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Automation Anywhere Looks to Generative AI to Accelerate Automation


Automation Anywhere recently announced new capabilities for its platform powered by generative AI: Automation Co-Pilot for Business Users and for Automators, plus Document Automation. Here I take a look at these new capabilities and how they compare with those of other providers, and consider the wider implications of generative AI solutions for automation developers.

Automation Co-Pilot for Business Users

This is an update to Automation Co-Pilot AARI launched in October 2022, leveraging generative AI capabilities in automation assistants that can be embedded into business applications.

In the use case shown by Automation Anywhere, a doctor uses Co-Pilot to retrieve patient records and lab results, extracting data from pdf lab results which the doctor can validate, and then uses GPT to generate a summary of the information and editable next-action recommendations:

For this solution, Co-Pilot was configured with Process Composer to add the generative AI solution, select the AI model and enter the prompt for the AI. These solutions can leverage generative AI from Microsoft Azure OpenAI, Google Vertex AI (below), Amazon Bedrock, and Nvidia NeMo.

Automation Co-Pilot for Business Users is now available under a ‘bring your own license’ (BYOL) model, with Amazon Bedrock support added in Q2.

Automation Co-Pilot for Automators

Automation CoPilot for Automators aims to support automation designers in building bots by embedding Co-Pilot into the IDE. Using natural language text, users can ask the co-pilot to enter bot requirements which the co-pilot then uses to generate the skeleton of an automation flow in the designer. Users can then continue the chat with Co-Pilot to update this flow.

Following the automation skeleton's generation, Co-Pilot prompts the user to confirm whether the generated automation matched requirements as part of reinforcement learning.

Automation Co-Pilot for Automators will be available for preview in July 2023, with pricing and packaging to be announced.

Document Automation

The third new capability announced is generative AI large language models to analyze, extract, and summarize information as part of Automation Anywhere’s document automation capabilities.

The company states that large language models with minimal customization can read through large documents to find specific clauses or for a general understanding of unstructured documents.

Generative AI for Document Automation is expected to launch in Q3 2023. The company is evaluating different generative AI solutions and models, as these will be offered as an embedded solution rather than BYOL.

How does this compare with other providers?

Generative AI is undoubtedly a hot topic inside and outside the automation space, and the two big themes have been connecting to these large language models within automations and using these models for ‘automating automation’.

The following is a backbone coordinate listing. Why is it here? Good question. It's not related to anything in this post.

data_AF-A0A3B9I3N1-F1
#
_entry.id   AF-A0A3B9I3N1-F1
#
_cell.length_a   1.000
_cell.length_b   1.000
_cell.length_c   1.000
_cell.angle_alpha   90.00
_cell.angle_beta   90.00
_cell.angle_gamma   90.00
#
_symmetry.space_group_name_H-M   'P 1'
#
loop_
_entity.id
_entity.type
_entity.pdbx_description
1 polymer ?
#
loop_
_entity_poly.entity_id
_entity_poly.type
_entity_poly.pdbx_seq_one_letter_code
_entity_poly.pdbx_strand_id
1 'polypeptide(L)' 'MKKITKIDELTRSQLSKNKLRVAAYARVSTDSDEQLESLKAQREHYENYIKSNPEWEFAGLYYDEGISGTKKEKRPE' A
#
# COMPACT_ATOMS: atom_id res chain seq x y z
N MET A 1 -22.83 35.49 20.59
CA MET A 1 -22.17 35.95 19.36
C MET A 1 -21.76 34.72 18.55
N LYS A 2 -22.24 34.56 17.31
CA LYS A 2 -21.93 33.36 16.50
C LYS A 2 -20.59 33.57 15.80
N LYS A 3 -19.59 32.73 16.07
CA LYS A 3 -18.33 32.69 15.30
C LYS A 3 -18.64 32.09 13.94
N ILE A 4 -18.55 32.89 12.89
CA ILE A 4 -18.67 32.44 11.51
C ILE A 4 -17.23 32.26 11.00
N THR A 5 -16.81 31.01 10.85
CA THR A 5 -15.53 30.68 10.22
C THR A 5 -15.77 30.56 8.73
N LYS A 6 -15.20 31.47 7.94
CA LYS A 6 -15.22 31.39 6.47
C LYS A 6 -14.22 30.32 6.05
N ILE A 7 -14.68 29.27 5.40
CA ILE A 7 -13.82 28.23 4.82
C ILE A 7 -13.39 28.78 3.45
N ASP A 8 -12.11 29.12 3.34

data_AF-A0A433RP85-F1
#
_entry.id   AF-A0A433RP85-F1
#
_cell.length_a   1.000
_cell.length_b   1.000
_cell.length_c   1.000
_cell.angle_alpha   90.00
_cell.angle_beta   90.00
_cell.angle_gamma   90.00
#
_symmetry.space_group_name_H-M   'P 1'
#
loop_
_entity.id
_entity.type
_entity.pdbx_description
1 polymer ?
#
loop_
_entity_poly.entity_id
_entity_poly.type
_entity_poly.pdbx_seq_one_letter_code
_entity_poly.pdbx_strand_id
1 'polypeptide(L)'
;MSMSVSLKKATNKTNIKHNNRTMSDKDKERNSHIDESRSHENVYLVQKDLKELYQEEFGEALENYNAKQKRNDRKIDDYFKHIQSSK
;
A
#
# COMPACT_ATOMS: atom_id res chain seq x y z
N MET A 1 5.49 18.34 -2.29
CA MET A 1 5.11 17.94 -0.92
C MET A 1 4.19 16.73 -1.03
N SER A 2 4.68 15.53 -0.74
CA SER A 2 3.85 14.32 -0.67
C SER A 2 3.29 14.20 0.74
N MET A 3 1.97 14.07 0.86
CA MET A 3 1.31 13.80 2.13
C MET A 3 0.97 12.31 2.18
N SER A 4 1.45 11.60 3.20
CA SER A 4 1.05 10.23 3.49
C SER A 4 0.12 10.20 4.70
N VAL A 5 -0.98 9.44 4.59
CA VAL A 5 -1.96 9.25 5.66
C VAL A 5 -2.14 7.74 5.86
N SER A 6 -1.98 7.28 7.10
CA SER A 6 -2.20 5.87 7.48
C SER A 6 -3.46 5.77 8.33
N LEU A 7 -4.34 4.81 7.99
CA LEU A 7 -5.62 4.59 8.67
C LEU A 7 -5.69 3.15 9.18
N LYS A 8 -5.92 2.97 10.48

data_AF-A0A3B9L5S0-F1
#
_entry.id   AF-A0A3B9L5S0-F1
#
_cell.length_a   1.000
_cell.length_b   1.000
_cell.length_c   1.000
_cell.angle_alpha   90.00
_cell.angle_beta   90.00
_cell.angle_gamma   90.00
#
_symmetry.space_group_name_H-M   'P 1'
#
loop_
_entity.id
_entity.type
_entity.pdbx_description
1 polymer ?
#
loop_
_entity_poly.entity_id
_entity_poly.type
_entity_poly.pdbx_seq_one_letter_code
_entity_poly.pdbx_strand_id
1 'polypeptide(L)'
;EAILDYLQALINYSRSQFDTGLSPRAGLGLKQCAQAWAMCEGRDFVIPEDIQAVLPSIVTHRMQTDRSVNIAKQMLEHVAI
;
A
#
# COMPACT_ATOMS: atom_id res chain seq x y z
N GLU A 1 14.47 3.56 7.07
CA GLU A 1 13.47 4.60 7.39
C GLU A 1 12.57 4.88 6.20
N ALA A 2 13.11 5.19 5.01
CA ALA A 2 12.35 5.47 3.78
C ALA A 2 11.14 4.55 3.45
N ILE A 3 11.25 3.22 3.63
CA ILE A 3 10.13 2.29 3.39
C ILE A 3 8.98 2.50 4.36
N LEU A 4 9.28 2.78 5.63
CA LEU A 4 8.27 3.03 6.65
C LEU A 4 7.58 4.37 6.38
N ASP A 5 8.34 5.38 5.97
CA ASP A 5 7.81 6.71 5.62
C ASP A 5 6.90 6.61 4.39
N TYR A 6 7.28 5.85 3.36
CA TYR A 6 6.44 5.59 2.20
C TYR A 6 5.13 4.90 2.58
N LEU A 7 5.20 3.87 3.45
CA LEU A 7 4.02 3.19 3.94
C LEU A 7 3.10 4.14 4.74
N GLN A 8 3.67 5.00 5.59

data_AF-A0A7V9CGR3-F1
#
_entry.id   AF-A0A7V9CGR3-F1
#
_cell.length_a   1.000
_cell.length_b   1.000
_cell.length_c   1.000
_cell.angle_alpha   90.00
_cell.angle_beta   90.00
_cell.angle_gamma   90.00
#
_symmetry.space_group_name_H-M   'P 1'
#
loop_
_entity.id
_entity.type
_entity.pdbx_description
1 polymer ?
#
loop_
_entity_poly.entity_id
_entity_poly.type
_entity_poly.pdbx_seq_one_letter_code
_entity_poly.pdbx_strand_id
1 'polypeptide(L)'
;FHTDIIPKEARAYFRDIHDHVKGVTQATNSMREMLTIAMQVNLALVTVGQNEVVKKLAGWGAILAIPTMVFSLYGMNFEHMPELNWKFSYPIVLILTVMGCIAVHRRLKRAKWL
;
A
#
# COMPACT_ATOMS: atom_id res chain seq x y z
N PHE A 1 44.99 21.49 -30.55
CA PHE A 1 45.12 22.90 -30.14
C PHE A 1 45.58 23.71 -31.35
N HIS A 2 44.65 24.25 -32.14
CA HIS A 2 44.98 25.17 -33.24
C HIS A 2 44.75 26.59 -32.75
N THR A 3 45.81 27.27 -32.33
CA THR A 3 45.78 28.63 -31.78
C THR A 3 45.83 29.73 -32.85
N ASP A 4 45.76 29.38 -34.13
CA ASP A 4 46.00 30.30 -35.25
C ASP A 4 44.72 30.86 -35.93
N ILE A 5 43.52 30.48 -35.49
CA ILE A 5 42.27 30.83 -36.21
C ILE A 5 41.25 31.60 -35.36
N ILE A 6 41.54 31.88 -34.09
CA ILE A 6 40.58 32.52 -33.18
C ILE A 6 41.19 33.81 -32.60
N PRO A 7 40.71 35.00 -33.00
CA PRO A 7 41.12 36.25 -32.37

In the last month, we’ve seen UiPath going down similar paths with the public preview of its connectors to OpenAI and Azure OpenAI and its Clipboard AI offering which uses generative AI solutions to quickly copy information between applications.

There has also been a lot of news related to code generation, including automation code, using these large language models. These have tended to be focused on generating Python code which can then be imported into automation IDEs rather than embedded into low-code designers, as shown above with Automation Co-Pilot for Automators.

Automation Anywhere has built data protection, security, and compliance requirements into its generative AI offerings. Much has been said about security concerns with developers using generative AI models, with some organizations such as Apple banning employees from using ChatGPT over fears that IP in these conversations is being used to train the large language models.

With these integrations to third-parties, Automation Anywhere has stated that client data is secure and will not be used to train any shared models.

What will generative AI solutions mean for automation developers?

The generative AI solutions that the Automation Anywhere platform is leveraging can be very impressive and the natural question following the Automation Co-Pilot for Automators example is whether the automation space still requires developers.

To that question, NelsonHall answers yes.

Generative AI, similar to low/no code IDEs, is opening up the ability to develop automations for more business users, requiring much less intensive coding or development experience than the old IDEs from several years ago. These advances have mainly been feathers in automation developers’ caps as well as allowing citizen developers to build an automation skeleton quickly. While expanding developer resources to encompass business users who know the process can certainly help in the development of automations, early attempts at this have run into pitfalls due to poor processes being automated inefficiently, and with little investment to ensure that these automations are shared across the organization relative to a centralized automation CoE.

For larger, more complex automations that offer enterprise-wide impact, skilled automation developers are still required to translate the business requirements into automations to leverage the best-in-class methodologies, AI models, and supporting platforms that can be updated to match changing business requirements. In these situations, process understanding (task and process mining) platforms can be used to more fully understand the process and automatically create automation skeletons requiring last-mile work similar to that when using generative AI. 

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